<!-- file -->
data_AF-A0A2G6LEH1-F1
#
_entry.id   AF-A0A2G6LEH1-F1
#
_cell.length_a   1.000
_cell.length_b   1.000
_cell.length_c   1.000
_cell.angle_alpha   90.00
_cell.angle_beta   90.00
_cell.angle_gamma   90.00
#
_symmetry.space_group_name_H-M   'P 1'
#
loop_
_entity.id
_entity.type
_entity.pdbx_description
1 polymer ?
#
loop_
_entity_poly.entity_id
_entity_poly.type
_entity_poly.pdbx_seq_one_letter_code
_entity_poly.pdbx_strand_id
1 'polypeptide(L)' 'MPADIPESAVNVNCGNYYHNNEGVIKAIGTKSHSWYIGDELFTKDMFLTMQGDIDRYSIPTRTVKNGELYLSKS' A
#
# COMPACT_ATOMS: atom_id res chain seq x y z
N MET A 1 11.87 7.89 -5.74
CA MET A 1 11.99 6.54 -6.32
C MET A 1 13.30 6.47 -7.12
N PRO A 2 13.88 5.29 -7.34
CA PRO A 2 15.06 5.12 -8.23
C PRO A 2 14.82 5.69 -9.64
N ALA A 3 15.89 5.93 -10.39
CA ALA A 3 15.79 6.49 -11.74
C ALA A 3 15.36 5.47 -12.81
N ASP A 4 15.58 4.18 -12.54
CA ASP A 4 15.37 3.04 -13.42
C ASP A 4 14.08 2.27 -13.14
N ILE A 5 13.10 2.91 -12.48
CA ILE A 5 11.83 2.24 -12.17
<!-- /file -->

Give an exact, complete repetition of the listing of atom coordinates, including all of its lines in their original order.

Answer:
data_AF-A0A2G6LEH1-F1
#
_entry.id   AF-A0A2G6LEH1-F1
#
_cell.length_a   1.000
_cell.length_b   1.000
_cell.length_c   1.000
_cell.angle_alpha   90.00
_cell.angle_beta   90.00
_cell.angle_gamma   90.00
#
_symmetry.space_group_name_H-M   'P 1'
#
loop_
_entity.id
_entity.type
_entity.pdbx_description
1 polymer ?
#
loop_
_entity_poly.entity_id
_entity_poly.type
_entity_poly.pdbx_seq_one_letter_code
_entity_poly.pdbx_strand_id
1 'polypeptide(L)' 'MPADIPESAVNVNCGNYYHNNEGVIKAIGTKSHSWYIGDELFTKDMFLTMQGDIDRYSIPTRTVKNGELYLSKS' A
#
# COMPACT_ATOMS: atom_id res chain seq x y z
N MET A 1 11.87 7.89 -5.74
CA MET A 1 11.99 6.54 -6.32
C MET A 1 13.30 6.47 -7.12
N PRO A 2 13.88 5.29 -7.34
CA PRO A 2 15.06 5.12 -8.23
C PRO A 2 14.82 5.69 -9.64
N ALA A 3 15.89 5.93 -10.39
CA ALA A 3 15.79 6.49 -11.74
C ALA A 3 15.36 5.47 -12.81
N ASP A 4 15.58 4.18 -12.54
CA ASP A 4 15.37 3.04 -13.42
C ASP A 4 14.08 2.27 -13.14
N ILE A 5 13.10 2.91 -12.48
CA ILE A 5 11.83 2.24 -12.17